For the rest of us – we, the living – who don’t mind putting in a little work to save money, it’s hard not see benefits of cutting the cord. And just in case you still weren’t convinced, ask yourself another question: how many channels in your cable subscription do you actually watch? According to Nielsen, households receive an average of 189 channels of which they only watch 17. You are quite literally paying for things you do not use. To hammer in the point a little more, the average monthly cable bill comes out to about $103. On top of that, monthly cable bills increase an average of 6% per year, so even if you’re not quite shelling out $100 per month for your cable service yet, you’ll get there someday. Go you! (Sarcasm). As a bundled package, Internet and cable together (sometimes referred to as a double play package) costs an average of $148 per month according to the market research firm, Mintel.

Getting into the numbers

Compare that with the costs associated with cutting the cord. Let’s do the math. Yeah, I know, I know. I detest numbers, too, but sometimes you have to bite the bullet. First things first: you’re going to need to get Internet as a standalone service. The average cost of Internet-only service is $66.17 per month. When you factor in the service costs for streaming subscriptions (and there are plenty to choose from), you can add an additional $26.11 (refer to Grounded Reasons' informative article for a better grasp of the numbers) to that bill, bringing your grand total to $99.28. Quick recap: double play packages cost $148 per month. If you cut the cord on your cable subscription and keep your Internet service, you’ll be paying about $66.17 per month plus an additional $26.11 for streaming subscriptions. Again, on average. In the end, you end up saving $48.72 per month by cutting the cord. Over the course of a year, that comes to about $600. Sign me up, right?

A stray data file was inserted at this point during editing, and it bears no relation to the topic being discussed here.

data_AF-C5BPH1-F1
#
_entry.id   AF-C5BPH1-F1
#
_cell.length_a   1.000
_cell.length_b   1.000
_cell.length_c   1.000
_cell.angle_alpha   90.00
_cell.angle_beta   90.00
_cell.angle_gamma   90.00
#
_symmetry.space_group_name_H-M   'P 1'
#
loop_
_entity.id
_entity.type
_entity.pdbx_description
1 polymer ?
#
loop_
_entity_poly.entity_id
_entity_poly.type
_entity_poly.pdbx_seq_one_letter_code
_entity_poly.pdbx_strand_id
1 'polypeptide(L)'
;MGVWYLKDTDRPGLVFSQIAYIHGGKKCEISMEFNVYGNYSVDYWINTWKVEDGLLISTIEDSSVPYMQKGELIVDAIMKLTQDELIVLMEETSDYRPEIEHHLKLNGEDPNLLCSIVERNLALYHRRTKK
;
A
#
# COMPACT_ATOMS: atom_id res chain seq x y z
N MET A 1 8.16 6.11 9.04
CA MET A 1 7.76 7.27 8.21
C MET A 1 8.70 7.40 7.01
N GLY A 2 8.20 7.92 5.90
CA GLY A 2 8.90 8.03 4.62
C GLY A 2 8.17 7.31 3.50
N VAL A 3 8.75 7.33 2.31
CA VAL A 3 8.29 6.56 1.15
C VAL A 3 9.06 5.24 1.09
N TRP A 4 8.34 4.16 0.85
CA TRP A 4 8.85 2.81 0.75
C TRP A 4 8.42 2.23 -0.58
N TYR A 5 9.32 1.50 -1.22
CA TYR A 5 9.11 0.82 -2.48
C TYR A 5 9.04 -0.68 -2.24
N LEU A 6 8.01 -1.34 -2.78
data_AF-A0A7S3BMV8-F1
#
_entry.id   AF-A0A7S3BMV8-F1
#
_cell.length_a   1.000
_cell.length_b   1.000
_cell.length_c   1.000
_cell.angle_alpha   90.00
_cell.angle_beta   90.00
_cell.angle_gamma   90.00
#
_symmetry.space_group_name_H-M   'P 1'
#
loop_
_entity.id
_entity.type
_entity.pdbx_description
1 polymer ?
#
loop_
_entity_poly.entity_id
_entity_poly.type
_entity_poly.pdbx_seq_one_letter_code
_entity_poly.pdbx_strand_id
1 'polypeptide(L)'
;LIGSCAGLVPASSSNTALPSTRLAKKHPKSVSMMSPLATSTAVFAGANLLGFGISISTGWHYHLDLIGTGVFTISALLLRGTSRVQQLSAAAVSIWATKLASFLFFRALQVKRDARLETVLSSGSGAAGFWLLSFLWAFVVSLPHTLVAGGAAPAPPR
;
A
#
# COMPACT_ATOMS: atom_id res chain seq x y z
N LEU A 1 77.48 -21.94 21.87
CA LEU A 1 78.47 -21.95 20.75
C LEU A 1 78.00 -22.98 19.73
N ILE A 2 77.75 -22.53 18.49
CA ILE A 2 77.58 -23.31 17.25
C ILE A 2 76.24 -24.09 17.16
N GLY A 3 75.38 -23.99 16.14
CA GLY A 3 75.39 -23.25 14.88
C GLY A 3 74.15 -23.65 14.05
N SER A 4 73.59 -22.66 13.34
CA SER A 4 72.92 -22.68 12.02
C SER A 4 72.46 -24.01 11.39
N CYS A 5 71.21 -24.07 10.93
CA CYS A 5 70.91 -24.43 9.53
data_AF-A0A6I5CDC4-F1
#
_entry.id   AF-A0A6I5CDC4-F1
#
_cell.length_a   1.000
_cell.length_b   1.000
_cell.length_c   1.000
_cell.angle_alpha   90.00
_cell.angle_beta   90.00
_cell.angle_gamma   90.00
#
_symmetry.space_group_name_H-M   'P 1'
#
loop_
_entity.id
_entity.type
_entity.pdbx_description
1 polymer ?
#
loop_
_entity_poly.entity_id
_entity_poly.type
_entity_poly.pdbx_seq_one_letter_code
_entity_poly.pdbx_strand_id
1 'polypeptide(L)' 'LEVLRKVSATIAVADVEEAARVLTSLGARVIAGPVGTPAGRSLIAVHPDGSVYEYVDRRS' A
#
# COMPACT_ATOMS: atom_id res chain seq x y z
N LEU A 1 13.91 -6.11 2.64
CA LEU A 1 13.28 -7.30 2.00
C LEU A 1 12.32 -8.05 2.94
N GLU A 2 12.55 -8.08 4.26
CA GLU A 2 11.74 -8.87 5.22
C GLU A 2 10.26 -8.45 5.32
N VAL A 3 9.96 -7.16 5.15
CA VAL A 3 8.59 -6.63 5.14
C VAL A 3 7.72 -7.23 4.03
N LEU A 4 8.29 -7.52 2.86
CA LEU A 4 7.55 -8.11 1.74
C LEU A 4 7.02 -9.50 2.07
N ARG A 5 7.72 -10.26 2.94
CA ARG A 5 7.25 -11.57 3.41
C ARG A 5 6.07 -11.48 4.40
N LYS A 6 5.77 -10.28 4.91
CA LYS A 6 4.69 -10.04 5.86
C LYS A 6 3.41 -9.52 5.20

Step 1: Gathering Hardware

HD antenna

Well, let’s get cracking! This is that definitive action part we talked about. The first step to cutting the cord is to compile your necessary hardware. Something you’ll want to consider is getting yourself an HD antenna. That’s right! Antennas are back in style. Remember those metal rabbit ears that sat on top of your TV set? Well, now they provide a simple, cheap solution for watching live TV without a cable connection. It’s relatively easy. You just hook up the device to your TV and position it near a window. Done. Now you have access to local broadcast stations – local news and sports included. More about sports later. Be aware that your channel selection depends to a large extent on where you live and whether you have a clear line-of-sight to the broadcast location. If you live in an urban area, your best bet is a non-amplified antenna, which has a pick-up range of about 20 miles. That’s plenty adequate for people who live near a broadcast tower. Rural customers should opt for an amplified antenna, which can pick up a signal as far away as 50 miles. All things considered, you’re looking at an investment of anywhere from $40 to $70, depending on which model you choose (amplified antennas cost more).